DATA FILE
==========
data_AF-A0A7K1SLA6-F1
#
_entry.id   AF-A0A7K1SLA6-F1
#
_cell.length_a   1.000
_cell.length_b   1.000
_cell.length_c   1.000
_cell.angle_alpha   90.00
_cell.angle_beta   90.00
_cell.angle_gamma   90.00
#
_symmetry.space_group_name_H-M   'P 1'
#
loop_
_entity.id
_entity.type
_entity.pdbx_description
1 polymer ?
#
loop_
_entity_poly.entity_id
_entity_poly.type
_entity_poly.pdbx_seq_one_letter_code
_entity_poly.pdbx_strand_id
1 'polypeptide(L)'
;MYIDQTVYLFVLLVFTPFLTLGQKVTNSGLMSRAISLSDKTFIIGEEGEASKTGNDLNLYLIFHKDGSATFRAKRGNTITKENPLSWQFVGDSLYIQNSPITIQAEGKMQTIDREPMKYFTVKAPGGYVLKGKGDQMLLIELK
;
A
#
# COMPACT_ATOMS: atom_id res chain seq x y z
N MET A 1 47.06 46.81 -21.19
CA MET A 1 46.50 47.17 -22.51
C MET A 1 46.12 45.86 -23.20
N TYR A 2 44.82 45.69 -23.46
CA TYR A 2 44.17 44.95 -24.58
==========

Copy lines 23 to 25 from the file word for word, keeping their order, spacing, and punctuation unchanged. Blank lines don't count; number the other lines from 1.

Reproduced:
_entity_poly.pdbx_seq_one_letter_code
_entity_poly.pdbx_strand_id
1 'polypeptide(L)'